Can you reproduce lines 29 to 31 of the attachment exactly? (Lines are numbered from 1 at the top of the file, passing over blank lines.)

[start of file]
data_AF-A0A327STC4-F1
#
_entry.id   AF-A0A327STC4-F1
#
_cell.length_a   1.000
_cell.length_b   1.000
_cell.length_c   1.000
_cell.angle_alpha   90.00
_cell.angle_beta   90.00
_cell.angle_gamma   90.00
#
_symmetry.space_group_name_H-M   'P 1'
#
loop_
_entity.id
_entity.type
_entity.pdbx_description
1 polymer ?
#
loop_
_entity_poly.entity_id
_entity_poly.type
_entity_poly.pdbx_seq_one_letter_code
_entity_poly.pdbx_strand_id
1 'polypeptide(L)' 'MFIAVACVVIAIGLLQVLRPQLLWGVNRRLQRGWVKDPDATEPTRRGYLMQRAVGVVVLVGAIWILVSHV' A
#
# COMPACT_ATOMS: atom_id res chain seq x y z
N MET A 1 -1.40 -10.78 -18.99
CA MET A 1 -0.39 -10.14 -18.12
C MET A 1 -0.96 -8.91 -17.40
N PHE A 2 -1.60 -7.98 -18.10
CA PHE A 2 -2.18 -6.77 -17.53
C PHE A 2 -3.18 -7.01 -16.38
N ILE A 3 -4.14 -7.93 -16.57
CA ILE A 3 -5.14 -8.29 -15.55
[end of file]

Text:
CA MET A 1 -0.39 -10.14 -18.12
C MET A 1 -0.96 -8.91 -17.40
N PHE A 2 -1.60 -7.98 -18.10